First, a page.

The first few surfs have been in the fun 3-4ft range and today picking up a bit. It is great to be back on the “Chorbel” pace of Mexy life. Wake up late, cafesito, surf session and then a big brunch at Chichos. Good livin in Mexico.

April 20, 2015

Rio Nexpa, Mexico

I sit here in Paradise, one more morning, one more cafesito and one more journal entry. I love how traveling brings you to meet new faces and to see old familiar ones as well. The other day when Kanami and I were taking a walk up the point, I noticed two vans pull right up to the edge of the river mouth and park. I looked over to Kanami to tell her, “I think I know who is in that van.” Jono Slade and his crew pull out and we walk up and embraces are exchanged. Jono is a rafting buddy from the Kern River who is on a six month journey to Central America and we happen to cross paths. Small beautiful world we live in. Beers and good food are had at Mary Jane’s Restaurant. Talk of the Road and travel fills the night. The next morning we all pick off some fun lefts and then have breakfast at camp.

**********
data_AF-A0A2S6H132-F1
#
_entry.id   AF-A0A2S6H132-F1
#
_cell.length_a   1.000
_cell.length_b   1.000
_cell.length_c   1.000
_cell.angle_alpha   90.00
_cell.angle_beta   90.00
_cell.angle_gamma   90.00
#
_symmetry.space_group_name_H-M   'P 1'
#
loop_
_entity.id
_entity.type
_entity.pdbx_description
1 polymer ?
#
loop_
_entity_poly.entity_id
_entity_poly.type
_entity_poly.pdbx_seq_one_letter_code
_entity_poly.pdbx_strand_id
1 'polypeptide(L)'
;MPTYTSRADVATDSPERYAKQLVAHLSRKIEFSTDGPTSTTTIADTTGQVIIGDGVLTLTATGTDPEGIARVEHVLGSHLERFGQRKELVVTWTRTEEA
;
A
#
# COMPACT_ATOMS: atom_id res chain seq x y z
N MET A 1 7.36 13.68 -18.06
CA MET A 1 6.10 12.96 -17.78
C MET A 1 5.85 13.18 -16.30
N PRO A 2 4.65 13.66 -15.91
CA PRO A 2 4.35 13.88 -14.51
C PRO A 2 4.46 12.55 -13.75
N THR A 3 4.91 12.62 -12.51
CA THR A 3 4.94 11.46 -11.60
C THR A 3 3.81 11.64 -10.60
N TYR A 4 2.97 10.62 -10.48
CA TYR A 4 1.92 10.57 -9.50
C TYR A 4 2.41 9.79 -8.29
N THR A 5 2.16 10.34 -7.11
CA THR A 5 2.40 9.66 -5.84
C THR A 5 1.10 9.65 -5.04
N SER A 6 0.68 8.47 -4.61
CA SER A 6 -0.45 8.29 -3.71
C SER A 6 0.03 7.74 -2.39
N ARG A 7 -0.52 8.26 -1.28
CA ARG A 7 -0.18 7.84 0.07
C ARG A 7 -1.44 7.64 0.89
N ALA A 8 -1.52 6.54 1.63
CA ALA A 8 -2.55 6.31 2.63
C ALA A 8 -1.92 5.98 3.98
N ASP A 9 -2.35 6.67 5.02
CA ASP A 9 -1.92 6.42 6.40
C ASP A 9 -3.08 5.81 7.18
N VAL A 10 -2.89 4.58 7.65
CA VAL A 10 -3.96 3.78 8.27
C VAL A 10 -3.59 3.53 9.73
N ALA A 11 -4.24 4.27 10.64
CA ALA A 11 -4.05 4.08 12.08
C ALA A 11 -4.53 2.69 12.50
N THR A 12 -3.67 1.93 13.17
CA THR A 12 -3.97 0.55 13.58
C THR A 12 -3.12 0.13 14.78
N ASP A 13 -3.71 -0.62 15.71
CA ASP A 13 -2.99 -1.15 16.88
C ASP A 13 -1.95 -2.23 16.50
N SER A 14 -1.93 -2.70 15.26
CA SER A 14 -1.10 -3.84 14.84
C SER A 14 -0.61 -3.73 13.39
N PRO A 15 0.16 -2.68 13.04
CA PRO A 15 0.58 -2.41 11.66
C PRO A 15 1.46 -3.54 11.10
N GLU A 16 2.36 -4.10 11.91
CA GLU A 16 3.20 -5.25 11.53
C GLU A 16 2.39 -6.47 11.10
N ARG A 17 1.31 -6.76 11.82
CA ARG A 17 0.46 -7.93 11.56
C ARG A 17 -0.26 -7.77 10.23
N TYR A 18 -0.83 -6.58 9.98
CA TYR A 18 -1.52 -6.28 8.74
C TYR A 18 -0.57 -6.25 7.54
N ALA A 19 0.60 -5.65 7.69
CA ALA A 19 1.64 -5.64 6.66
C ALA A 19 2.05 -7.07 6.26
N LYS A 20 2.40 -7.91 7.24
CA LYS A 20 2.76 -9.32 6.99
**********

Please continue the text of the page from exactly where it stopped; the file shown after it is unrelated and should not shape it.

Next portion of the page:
I get so stoked when friends are out there living the dream. The work was put in, they prepared the vehicles and the journey is in place, this makes me happy.
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May 3, 2015
Manzinillo Bus station